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Video:How to Ask for a Pay Raise

with Meghan Lynn Allen

Want to learn how to properly ask for a pay raise from a boss? Here, see tips and tricks for getting the number you're after.See Transcript

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Transcript:How to Ask for a Pay Raise

Hi! This is Meghan Lynn Allen for About.com, and today we're discussing how to ask for a pay raise.

Before You Ask for a Pay Raise

Do your research. You want to find what others in your field in the same pay range are earning, and how much you could earn. There are plenty of websites that offer free information like Salary.com - or you can research a job title and salary by zip code, and find out what people in the area that you're living in or that you're moving to are making, all in the same field as you. Or you could go to the bureau of labor statistics website - there's tons of information there for you choose from, or Career Builder, or Monster.com, just to look at resumes or job titles, and what people are doing in the state, the county that you live in.

More Things to Consider When Asking for a Pay Raise

When the research is done it's time to set up an appointment with your boss. Show the boss exactly how serious you are - treat this exactly like a business meeting. And don't discuss a pay raise on the phone, around the water cooler, or in an e-mail. Make sure you set up that appointment time, be on time, and stick with it.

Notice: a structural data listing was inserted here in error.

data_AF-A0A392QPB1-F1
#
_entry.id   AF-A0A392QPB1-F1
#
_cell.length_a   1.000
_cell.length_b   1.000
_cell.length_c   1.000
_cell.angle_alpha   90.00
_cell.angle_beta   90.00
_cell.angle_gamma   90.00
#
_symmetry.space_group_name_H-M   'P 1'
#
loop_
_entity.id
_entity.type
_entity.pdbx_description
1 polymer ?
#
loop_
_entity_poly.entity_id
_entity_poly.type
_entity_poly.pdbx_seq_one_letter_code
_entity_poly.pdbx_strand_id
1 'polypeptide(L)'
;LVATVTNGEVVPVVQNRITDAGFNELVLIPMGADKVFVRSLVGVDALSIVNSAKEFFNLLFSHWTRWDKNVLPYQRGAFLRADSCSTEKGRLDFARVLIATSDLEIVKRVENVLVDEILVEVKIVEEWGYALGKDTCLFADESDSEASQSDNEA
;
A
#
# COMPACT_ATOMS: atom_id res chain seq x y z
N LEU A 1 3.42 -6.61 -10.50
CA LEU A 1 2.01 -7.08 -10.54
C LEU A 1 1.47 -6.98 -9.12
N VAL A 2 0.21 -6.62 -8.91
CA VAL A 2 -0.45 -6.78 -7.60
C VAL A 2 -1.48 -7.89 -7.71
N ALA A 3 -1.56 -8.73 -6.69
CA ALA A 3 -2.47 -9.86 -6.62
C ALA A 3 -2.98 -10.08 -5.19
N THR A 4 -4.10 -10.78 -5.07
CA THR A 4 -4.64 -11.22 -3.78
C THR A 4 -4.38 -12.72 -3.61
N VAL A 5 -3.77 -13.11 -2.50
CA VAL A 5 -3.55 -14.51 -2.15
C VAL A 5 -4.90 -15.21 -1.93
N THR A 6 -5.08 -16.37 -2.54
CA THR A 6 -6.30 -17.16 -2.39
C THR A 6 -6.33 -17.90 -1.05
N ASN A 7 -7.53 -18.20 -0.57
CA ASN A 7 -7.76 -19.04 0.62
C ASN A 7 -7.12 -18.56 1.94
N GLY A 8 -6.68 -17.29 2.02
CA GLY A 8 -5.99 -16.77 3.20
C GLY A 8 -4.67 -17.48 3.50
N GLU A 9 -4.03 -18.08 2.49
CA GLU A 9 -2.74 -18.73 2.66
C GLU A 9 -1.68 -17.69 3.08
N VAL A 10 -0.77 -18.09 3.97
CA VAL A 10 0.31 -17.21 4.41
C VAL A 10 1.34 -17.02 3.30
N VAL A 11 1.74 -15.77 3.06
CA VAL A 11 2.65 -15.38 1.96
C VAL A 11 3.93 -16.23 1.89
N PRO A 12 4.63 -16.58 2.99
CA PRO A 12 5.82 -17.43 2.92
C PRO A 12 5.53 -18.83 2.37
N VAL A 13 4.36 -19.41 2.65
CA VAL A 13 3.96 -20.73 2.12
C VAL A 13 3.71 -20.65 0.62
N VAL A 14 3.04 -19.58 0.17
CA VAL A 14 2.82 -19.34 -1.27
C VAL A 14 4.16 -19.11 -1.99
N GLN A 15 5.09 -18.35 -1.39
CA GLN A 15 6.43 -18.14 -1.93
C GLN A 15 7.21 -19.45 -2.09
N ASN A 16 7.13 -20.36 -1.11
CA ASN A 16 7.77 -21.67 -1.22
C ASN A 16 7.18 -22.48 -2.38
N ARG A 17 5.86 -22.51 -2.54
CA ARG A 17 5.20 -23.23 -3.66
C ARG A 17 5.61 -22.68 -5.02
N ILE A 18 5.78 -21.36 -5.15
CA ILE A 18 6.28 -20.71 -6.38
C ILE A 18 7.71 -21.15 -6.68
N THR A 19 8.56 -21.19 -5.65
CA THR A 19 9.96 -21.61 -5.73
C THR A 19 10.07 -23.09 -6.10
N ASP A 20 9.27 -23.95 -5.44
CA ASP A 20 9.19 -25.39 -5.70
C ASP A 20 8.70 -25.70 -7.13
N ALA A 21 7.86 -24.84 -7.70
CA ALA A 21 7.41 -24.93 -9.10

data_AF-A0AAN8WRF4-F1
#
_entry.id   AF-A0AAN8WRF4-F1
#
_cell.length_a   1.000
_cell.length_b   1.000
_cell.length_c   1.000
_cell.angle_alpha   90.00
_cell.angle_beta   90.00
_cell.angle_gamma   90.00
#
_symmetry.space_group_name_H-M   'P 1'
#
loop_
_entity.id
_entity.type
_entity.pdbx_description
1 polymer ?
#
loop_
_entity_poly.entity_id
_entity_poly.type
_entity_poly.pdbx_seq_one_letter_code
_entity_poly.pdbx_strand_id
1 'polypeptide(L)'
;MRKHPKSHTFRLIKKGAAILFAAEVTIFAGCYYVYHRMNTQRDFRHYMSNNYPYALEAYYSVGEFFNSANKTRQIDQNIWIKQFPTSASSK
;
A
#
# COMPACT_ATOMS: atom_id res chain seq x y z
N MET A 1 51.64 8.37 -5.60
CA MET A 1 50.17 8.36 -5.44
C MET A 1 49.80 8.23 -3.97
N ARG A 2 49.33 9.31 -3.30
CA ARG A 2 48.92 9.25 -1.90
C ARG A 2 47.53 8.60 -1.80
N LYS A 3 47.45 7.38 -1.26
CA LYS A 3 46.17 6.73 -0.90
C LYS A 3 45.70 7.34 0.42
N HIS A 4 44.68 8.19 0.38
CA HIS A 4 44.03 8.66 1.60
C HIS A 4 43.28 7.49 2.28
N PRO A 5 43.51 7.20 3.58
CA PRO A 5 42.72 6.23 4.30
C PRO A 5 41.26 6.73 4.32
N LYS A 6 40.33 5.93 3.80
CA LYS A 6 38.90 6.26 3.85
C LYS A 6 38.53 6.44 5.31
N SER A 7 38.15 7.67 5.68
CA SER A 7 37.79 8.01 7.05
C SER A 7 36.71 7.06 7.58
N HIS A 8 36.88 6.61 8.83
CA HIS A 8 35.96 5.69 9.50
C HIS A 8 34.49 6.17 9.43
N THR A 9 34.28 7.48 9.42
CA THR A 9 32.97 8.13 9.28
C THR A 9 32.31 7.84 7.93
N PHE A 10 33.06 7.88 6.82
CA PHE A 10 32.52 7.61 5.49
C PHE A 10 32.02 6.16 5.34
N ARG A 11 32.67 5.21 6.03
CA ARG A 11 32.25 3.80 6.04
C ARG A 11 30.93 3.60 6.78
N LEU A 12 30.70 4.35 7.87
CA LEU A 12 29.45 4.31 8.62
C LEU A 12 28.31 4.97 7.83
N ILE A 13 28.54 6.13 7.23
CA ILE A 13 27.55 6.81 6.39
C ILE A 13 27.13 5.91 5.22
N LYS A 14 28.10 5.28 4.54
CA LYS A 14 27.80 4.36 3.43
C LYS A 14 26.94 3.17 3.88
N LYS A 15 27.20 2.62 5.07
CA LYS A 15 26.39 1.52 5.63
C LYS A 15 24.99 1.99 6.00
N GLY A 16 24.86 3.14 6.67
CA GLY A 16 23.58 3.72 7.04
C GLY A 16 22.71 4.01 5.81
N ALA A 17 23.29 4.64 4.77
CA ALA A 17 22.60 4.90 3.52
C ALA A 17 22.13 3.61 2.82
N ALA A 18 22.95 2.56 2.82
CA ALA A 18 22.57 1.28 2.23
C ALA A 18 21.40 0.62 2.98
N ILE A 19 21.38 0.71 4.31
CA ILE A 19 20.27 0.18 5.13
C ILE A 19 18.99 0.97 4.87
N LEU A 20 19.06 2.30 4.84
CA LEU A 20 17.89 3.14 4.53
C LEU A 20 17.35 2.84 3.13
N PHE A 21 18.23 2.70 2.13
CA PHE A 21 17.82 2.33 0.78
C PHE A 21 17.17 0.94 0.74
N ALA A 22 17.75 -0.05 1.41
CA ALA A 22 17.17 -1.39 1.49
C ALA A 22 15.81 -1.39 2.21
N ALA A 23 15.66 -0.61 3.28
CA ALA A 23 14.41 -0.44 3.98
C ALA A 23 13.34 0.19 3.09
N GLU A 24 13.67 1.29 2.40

A successful negotiation for a pay raise is always based on merit and accomplishments, and never on a personal reason for why you need the money. Be straightforward in addressing the pay raise with your supervisor. Get straight to the point and ask for your pay raise, and discuss why you think it's appropriate. And be prepared with documentation. You should have a list of your business responsibilities, and why you think you deserve a pay raise.

How to Properly Ask for a Pay Raise

You shouldn't think of approaching your boss for a pay raise as an argument, but just more of a way of making your case. You've got your research, your reasons, and here they are. Think of it as selling yourself, just as you would to a prospective employer who might want to hire you. Be prepared to be turned down. If your boss says no, be sure that you're ready with some kind of answer, statement or question. You might want to ask why you've been turned down - maybe it's something you need to work on. Or maybe it's monetary - there's a fiscal reason that there are no raises at this time.

If you're nervous about asking verbally for a meeting, it's okay to put it into writing. Just make sure that it's short and sweet. You want to keep it simple. You can put it into an e-mail or a professional letter template. And don't include any numbers, any information about specifics - just that you're requesting the meeting. Thanks for watching. To learn more, visit us on the web at About.com.
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